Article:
Books are a tonic for sick children
Charity to open more hospital reading rooms so youngsters can spend time with favourite fictional characters at scary time.
ABU DHABI // The Wanna Read? Initiative that has set up seven reading rooms for children in hospitals across the country has funds for six more.
The initiative is a non-profit charitable organisation, and its first reading room was opened at Mafraq Hospital in 2013. The organisation has opened rooms in Abu Dhabi, Al Ain, and in the paediatric ward at Latifa Hospital in Dubai.
The charity aimed to open six more by the end of this year and, from a recent gala dinner, where Dh400,000 was raised, has the funds to make that possible.
Sheikha Shamma bint Sultan bin Khalifa Al Nahyan, the founder of the project, was at a book reading session at the library in the Johns Hopkins Hospital, in the United States, three years ago, when she saw children excited and happy.
She realised that children who were unwell and in hospitals were vulnerable and needed support, sometimes through the eyes of their favourite fictional characters.
“I realised children were very excited to be at the book reading session, even if some of them were not feeling well,” said Sheikha Shamma.
“This experience inspired me to create Wanna Read? and to provide the children of the UAE with an environment conducive to healing through reading.
“I firmly believe in the healing power of books and that one of the most important things you can do for a child is to encourage a lifetime love of reading.
“Hospitalised children are the most vulnerable in our society and there is an understandable fear when a family discovers their child is unwell.
“However good the hospital and however caring its staff, for a child, any time spent as an inpatient can be upsetting. This is where Wanna Read? comes in.”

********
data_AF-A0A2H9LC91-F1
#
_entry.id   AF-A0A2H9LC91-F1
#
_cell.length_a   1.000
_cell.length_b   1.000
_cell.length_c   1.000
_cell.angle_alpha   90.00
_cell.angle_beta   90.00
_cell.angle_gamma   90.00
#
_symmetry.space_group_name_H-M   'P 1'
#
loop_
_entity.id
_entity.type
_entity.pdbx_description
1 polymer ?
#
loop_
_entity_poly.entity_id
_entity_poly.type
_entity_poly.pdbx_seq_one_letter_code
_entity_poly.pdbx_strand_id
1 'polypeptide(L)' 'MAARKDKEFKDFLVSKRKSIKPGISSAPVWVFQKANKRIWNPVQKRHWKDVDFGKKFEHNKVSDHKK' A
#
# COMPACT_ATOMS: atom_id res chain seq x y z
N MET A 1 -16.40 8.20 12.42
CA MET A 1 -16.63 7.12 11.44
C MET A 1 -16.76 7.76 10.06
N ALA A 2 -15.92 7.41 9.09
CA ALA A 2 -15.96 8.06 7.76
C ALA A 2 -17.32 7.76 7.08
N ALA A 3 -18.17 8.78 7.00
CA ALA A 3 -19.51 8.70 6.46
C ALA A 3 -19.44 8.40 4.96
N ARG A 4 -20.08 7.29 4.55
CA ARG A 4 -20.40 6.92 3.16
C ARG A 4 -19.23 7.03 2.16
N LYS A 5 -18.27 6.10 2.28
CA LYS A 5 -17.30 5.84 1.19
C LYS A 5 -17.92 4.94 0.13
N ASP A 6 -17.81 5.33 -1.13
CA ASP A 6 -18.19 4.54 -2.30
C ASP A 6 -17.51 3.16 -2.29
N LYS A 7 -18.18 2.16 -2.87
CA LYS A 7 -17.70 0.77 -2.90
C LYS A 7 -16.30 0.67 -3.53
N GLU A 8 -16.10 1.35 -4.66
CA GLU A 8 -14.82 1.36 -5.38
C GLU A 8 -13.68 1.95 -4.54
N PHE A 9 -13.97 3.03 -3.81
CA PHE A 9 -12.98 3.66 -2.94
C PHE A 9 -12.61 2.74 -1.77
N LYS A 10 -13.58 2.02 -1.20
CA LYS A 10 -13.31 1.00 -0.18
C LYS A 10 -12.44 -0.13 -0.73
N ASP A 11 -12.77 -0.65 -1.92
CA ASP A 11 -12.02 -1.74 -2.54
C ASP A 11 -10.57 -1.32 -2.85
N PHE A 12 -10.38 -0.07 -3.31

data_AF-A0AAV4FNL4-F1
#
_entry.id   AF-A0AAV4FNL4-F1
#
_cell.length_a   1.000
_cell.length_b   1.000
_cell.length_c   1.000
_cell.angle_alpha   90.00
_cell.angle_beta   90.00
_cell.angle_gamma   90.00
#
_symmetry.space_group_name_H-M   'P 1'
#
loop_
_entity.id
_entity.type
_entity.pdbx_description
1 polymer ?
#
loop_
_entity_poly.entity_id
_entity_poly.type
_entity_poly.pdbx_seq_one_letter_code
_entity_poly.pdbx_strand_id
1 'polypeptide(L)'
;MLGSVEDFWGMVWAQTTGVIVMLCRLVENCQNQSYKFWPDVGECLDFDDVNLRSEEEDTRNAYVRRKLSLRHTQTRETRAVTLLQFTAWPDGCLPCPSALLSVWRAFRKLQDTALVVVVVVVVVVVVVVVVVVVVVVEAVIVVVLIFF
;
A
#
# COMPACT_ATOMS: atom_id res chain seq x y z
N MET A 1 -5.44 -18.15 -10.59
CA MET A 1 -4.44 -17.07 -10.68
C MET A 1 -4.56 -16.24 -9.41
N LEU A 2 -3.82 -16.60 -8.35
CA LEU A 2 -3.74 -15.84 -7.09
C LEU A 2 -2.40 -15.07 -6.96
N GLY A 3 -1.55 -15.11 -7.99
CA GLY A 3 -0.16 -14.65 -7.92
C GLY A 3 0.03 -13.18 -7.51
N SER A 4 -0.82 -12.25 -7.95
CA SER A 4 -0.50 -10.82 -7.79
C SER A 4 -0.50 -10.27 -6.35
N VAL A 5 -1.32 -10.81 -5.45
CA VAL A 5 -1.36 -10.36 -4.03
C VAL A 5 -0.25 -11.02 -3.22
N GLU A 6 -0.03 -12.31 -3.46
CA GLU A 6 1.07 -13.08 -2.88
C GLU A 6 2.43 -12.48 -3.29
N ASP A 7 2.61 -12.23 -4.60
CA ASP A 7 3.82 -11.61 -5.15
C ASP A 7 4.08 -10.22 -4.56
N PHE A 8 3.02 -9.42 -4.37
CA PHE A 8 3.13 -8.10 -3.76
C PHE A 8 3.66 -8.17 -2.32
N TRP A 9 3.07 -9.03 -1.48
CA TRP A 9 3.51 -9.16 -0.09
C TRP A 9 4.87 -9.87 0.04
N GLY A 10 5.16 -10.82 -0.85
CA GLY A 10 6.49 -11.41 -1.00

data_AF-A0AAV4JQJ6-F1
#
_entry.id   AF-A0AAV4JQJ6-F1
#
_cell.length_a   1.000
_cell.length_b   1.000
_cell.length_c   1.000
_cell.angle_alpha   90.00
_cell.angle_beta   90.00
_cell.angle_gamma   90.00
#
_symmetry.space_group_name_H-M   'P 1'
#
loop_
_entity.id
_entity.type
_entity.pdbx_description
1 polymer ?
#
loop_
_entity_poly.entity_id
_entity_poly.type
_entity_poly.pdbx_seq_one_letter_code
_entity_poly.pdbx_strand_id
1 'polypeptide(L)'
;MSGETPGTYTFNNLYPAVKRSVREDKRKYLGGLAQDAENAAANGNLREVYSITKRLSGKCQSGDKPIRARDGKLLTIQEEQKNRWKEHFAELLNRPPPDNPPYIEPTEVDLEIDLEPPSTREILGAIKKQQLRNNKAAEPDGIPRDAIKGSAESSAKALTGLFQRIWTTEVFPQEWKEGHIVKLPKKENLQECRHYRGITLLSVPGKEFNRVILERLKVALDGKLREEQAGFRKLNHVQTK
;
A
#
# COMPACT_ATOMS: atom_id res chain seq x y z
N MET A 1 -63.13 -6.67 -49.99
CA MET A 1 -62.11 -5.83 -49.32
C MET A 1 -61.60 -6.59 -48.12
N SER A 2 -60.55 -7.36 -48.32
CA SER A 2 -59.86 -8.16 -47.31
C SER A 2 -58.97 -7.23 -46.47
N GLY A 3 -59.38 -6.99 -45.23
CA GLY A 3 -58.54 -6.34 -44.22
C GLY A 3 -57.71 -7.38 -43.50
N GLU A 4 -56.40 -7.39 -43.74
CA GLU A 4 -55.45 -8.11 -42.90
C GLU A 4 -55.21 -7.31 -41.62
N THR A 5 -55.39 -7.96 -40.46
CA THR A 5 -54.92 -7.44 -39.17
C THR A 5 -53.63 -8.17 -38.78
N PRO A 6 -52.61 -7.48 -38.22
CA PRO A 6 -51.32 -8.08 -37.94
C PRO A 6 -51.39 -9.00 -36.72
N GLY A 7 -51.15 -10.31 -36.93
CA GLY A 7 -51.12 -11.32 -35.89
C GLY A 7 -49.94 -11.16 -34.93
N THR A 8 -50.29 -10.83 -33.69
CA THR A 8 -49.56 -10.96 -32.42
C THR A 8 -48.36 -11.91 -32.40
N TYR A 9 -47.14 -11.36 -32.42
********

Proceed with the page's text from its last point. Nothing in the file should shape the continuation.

Sheikha Shamma believed that community service was key to the success of the initiative, so it has a volunteer programme at Sheikh Khalifa Medical City.
“We promote parental engagement by urging parents to read to their children and we hope that people will volunteer to read to children who are in hospital,” Sheikha Shamma said.
The reading rooms have children’s literature in Arabic, English and French. The books are available free to all paediatric patients. There are also book trolleys for young patients who are unable to leave their rooms.
Gabrielle O’Kane, an Australian expatriate in Abu Dhabi, is the head volunteer at the Wanna Read? project. She has lived in the UAE for a year and a half and recently volunteered to develop a structure to the programme.
There are five volunteers at the Wanna Read? room in Sheikh Khalifa Medical City and they try to spend time with patients in the paediatric ward.
“We try to find them authors or books they’re interested in and we take it to them. The children ask us, ‘are you coming in tomorrow?’” Ms O’Kane said.
Being in a hospital can be stressful for parents and children, said Salama Abdulla Al Awadi, deputy chief operating officer, operations administration, at Sheikh Khalifa Medical City.
“Reading is known to reduce stress and have a calming effect,” she said. “Parents and children have enjoyed their experience in the Wanna Read? rooms.
“We have also collaborated with Wanna Read? to extend the initiative from the inpatient set-up to be available also in the outpatient clinics.”